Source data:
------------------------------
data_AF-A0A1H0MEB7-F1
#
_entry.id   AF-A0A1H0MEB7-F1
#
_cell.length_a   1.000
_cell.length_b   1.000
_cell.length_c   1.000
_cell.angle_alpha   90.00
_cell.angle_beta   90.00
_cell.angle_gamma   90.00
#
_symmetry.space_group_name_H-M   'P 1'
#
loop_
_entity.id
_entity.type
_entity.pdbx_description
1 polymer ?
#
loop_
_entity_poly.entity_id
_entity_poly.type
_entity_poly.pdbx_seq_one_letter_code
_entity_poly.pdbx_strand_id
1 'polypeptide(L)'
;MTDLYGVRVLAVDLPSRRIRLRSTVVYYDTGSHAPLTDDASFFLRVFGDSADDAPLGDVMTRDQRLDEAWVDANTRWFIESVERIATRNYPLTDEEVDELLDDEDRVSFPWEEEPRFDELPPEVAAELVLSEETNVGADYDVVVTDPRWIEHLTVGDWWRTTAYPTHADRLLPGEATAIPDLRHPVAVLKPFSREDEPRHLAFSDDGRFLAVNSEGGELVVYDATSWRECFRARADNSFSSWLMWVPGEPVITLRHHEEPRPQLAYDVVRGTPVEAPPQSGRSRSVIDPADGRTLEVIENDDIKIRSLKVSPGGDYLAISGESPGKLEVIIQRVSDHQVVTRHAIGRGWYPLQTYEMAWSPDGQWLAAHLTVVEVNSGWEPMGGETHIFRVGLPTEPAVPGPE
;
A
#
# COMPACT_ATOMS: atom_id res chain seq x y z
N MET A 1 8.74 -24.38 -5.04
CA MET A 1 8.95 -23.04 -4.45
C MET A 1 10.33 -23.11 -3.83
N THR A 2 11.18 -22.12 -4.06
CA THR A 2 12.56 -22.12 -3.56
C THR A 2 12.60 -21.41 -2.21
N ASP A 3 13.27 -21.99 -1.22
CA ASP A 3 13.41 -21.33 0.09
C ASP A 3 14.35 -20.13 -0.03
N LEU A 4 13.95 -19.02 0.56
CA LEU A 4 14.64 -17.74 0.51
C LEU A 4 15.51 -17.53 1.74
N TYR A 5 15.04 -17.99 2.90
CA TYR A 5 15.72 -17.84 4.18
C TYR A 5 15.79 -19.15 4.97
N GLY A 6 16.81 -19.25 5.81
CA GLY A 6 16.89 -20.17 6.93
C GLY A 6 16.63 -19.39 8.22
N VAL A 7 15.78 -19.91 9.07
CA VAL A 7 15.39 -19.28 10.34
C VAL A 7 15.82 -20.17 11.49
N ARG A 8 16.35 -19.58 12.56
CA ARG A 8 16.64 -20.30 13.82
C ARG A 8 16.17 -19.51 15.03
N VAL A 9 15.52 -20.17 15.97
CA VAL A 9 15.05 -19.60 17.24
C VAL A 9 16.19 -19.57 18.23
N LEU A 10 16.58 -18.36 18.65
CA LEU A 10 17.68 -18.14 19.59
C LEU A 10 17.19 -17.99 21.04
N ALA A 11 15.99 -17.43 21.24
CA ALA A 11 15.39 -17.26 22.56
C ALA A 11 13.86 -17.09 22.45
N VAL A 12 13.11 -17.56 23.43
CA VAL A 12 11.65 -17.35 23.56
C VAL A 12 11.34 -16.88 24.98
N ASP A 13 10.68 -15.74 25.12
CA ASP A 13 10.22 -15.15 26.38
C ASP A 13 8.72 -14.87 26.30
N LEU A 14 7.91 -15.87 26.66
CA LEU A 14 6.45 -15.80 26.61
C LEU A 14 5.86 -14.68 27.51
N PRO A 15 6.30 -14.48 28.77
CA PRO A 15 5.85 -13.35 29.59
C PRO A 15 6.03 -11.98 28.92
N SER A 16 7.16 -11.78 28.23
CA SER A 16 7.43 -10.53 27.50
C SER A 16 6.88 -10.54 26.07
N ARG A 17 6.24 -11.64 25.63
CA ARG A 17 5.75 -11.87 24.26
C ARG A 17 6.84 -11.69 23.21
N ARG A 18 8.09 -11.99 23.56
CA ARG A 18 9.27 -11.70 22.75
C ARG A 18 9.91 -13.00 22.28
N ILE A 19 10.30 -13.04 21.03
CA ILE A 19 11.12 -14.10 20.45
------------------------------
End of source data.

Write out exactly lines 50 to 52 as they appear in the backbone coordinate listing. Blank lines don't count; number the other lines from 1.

CA VAL A 7 15.39 -19.28 10.34
C VAL A 7 15.82 -20.17 11.49
N ARG A 8 16.35 -19.58 12.56